Top Reasons Why Tires Fail
Learn how to extend the life of your automobile's tires by avoiding several common driving mishaps.
Tires are among the most expensive of basic vehicle maintenance requirements. The price of tires can range anywhere from less than $100 apiece to more than $1,000, so it’s important to preserve your tires and save money, by avoiding five common hazards:
1. Poor diagonal and parallel parking
The shoulders and side walls of an automobile tire are considerably less durable than the tread area because they are not protected by tread blocks or a steel belt. If you scrape the sides of your tires along a curb while parallel parking, you quickly shorten the life of them. Continually bumping into curbs when parking diagonally can also damage the shoulders and sidewalls of a tire quickly.
2. Asphalt roads with potholes
All potholes can damage automobile tires, but potholes on asphalt roads are the most destructive. The potholes on an asphalt-covered road have sharp, unforgiving rims. The rims of asphalt-road potholes force a tire to flex and stretch, which can cause abrasions, punctures and tears. The greater the velocity with which a driver hits these types of potholes, the greater the odds are of tire damage or failure occurring which means the purchase of a new set.
3. Skidding and peeling out
Accelerating and stopping rapidly damages the treads of a tire more quickly than any other driving action. Breaking the surface tension between tires and the road creates tremendous friction that eats away at the treads. The more cautiously a driver accelerates and brakes, the longer the vehicle's tire treads will last.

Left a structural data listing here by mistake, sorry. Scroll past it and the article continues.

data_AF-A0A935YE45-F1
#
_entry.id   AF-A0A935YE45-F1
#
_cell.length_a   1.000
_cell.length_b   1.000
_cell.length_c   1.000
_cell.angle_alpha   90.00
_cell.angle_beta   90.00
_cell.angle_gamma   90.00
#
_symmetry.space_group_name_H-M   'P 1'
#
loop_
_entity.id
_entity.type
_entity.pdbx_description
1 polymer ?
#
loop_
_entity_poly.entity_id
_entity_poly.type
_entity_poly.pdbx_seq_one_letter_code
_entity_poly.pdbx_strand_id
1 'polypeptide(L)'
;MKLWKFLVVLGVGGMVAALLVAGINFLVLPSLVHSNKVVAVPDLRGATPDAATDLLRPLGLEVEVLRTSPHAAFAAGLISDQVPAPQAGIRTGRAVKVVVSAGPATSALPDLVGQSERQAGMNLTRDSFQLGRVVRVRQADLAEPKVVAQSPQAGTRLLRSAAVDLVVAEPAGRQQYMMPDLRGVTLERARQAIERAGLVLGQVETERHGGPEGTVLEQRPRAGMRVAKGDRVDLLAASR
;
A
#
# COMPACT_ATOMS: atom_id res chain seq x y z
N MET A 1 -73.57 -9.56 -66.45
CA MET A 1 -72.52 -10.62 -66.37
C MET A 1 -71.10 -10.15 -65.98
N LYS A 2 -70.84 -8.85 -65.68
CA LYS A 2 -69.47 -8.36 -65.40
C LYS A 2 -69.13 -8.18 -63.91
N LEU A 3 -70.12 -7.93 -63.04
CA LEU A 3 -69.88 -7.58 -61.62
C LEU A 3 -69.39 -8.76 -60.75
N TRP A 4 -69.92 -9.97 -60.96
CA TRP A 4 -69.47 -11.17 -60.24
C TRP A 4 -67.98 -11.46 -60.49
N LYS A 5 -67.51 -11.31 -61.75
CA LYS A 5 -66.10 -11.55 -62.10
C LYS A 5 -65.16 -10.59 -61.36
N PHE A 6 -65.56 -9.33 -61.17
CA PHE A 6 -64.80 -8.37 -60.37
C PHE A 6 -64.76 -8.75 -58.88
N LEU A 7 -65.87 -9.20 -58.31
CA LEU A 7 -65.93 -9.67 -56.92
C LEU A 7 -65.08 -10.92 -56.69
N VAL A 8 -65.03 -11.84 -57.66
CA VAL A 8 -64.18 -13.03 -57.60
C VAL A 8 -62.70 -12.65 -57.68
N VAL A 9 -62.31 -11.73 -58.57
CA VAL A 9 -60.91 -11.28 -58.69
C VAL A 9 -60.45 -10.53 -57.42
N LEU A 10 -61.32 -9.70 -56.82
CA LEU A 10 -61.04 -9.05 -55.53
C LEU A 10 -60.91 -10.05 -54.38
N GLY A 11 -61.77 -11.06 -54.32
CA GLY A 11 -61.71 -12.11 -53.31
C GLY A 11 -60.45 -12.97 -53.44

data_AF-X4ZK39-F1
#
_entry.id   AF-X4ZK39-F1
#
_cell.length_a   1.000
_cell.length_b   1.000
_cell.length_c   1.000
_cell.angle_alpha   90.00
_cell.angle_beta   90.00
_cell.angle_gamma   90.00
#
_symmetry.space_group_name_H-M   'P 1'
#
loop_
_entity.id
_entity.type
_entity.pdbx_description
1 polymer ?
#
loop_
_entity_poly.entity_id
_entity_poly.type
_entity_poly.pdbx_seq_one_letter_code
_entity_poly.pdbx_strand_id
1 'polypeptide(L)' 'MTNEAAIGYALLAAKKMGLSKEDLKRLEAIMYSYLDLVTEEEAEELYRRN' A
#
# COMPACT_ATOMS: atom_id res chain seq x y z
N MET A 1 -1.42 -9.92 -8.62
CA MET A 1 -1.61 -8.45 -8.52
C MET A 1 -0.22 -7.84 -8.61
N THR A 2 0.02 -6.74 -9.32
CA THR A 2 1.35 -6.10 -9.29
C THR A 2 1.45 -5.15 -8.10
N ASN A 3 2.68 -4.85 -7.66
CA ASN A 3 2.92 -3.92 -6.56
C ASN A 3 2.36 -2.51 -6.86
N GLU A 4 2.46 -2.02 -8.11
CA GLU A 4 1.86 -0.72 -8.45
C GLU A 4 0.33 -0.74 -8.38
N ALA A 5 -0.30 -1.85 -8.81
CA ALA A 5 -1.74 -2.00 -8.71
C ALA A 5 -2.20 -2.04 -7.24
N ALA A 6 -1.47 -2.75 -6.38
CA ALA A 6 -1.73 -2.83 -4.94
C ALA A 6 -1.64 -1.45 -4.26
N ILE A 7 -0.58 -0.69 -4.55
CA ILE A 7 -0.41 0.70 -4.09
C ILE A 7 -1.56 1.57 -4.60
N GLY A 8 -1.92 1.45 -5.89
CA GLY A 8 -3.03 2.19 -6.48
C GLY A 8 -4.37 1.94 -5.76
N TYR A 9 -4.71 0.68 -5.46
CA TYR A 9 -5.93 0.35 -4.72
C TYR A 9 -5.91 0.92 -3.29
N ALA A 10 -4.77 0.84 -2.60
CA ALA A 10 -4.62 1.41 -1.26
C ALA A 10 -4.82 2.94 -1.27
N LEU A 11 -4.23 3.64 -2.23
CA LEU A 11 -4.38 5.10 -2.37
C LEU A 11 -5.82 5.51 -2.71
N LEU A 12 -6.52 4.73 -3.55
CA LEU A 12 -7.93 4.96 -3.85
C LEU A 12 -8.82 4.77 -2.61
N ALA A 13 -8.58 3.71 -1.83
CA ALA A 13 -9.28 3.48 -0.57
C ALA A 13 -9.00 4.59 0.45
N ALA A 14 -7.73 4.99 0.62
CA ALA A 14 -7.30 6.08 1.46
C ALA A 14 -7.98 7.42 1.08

4. Gravel roads
The three-quarter-inch rock on gravel-covered dirt roads is made of crushed quarry rock. It is sharp and jagged and does more damage to highway tires than almost any other driving surface does. If a vehicle is equipped with off-road tires, gravel-covered dirt roads are not a major concern, but tires designed for highway travel do not typically fare well on gravel roads.
5. Insufficient air pressure and poor alignment
In addition to reducing gas mileage, low tire pressure can damage the shoulders and sidewalls of tires. Keeping tires properly inflated extends the life of the tires. If the tires are not properly aligned, the treads will wear unevenly and more quickly. Eventually, tires wear out and need to be replaced, regardless of how well they're maintained. But parking with care, avoiding potholes, not skidding and peeling out, keeping tires properly inflated and avoiding gravel roads when possible will extend the life of a set of tires considerably.
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